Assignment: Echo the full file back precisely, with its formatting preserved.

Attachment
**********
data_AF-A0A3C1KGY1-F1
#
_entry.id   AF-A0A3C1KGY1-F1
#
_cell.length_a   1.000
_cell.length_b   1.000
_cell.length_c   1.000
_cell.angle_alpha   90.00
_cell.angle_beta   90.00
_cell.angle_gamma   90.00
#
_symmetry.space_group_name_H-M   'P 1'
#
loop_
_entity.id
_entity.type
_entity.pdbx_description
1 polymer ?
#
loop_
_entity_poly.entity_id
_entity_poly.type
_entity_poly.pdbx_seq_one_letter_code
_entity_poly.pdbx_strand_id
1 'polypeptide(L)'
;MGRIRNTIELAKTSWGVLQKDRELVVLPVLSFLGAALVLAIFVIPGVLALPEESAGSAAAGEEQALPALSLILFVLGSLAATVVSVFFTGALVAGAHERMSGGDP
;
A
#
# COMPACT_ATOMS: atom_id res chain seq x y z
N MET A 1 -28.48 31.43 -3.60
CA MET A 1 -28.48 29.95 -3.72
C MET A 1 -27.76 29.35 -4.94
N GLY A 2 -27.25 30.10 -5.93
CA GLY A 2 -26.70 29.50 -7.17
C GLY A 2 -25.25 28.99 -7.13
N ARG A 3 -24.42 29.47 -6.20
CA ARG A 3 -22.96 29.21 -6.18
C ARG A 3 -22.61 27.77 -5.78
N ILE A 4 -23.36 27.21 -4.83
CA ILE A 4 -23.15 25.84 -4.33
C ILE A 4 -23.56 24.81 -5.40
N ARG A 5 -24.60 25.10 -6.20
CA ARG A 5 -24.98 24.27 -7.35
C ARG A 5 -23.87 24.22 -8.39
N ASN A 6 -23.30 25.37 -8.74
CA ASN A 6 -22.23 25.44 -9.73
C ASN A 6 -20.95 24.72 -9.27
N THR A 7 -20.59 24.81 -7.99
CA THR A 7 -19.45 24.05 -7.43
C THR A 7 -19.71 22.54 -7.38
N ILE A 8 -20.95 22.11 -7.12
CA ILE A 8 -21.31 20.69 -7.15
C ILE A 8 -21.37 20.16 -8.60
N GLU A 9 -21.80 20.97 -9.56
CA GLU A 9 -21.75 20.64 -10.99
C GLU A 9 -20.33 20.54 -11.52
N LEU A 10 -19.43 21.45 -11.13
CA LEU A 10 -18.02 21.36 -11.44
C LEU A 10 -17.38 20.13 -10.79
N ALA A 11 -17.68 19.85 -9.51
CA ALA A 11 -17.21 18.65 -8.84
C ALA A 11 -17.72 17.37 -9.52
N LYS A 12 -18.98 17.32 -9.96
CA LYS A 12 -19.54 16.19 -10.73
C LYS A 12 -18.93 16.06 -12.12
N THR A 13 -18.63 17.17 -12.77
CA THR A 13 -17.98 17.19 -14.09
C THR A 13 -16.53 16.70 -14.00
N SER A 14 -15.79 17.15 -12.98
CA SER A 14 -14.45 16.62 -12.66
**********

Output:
data_AF-A0A3C1KGY1-F1
#
_entry.id   AF-A0A3C1KGY1-F1
#
_cell.length_a   1.000
_cell.length_b   1.000
_cell.length_c   1.000
_cell.angle_alpha   90.00
_cell.angle_beta   90.00
_cell.angle_gamma   90.00
#
_symmetry.space_group_name_H-M   'P 1'
#
loop_
_entity.id
_entity.type
_entity.pdbx_description
1 polymer ?
#
loop_
_entity_poly.entity_id
_entity_poly.type
_entity_poly.pdbx_seq_one_letter_code
_entity_poly.pdbx_strand_id
1 'polypeptide(L)'
;MGRIRNTIELAKTSWGVLQKDRELVVLPVLSFLGAALVLAIFVIPGVLALPEESAGSAAAGEEQALPALSLILFVLGSLAATVVSVFFTGALVAGAHERMSGGDP
;
A
#
# COMPACT_ATOMS: atom_id res chain seq x y z
N MET A 1 -28.48 31.43 -3.60
CA MET A 1 -28.48 29.95 -3.72
C MET A 1 -27.76 29.35 -4.94
N GLY A 2 -27.25 30.10 -5.93
CA GLY A 2 -26.70 29.50 -7.17
C GLY A 2 -25.25 28.99 -7.13
N ARG A 3 -24.42 29.47 -6.20
CA ARG A 3 -22.96 29.21 -6.18
C ARG A 3 -22.61 27.77 -5.78
N ILE A 4 -23.36 27.21 -4.83
CA ILE A 4 -23.15 25.84 -4.33
C ILE A 4 -23.56 24.81 -5.40
N ARG A 5 -24.60 25.10 -6.20
CA ARG A 5 -24.98 24.27 -7.35
C ARG A 5 -23.87 24.22 -8.39
N ASN A 6 -23.30 25.37 -8.74
CA ASN A 6 -22.23 25.44 -9.73
C ASN A 6 -20.95 24.72 -9.27
N THR A 7 -20.59 24.81 -7.99
CA THR A 7 -19.45 24.05 -7.43
C THR A 7 -19.71 22.54 -7.38
N ILE A 8 -20.95 22.11 -7.12
CA ILE A 8 -21.31 20.69 -7.15
C ILE A 8 -21.37 20.16 -8.60
N GLU A 9 -21.80 20.97 -9.56
CA GLU A 9 -21.75 20.64 -10.99
C GLU A 9 -20.33 20.54 -11.52
N LEU A 10 -19.43 21.45 -11.13
CA LEU A 10 -18.02 21.36 -11.44
C LEU A 10 -17.38 20.13 -10.79
N ALA A 11 -17.68 19.85 -9.51
CA ALA A 11 -17.21 18.65 -8.84
C ALA A 11 -17.72 17.37 -9.52
N LYS A 12 -18.98 17.32 -9.96
CA LYS A 12 -19.54 16.19 -10.73
C LYS A 12 -18.93 16.06 -12.12
N THR A 13 -18.63 17.17 -12.77
CA THR A 13 -17.98 17.19 -14.09
C THR A 13 -16.53 16.70 -14.00
N SER A 14 -15.79 17.15 -12.98
CA SER A 14 -14.45 16.62 -12.66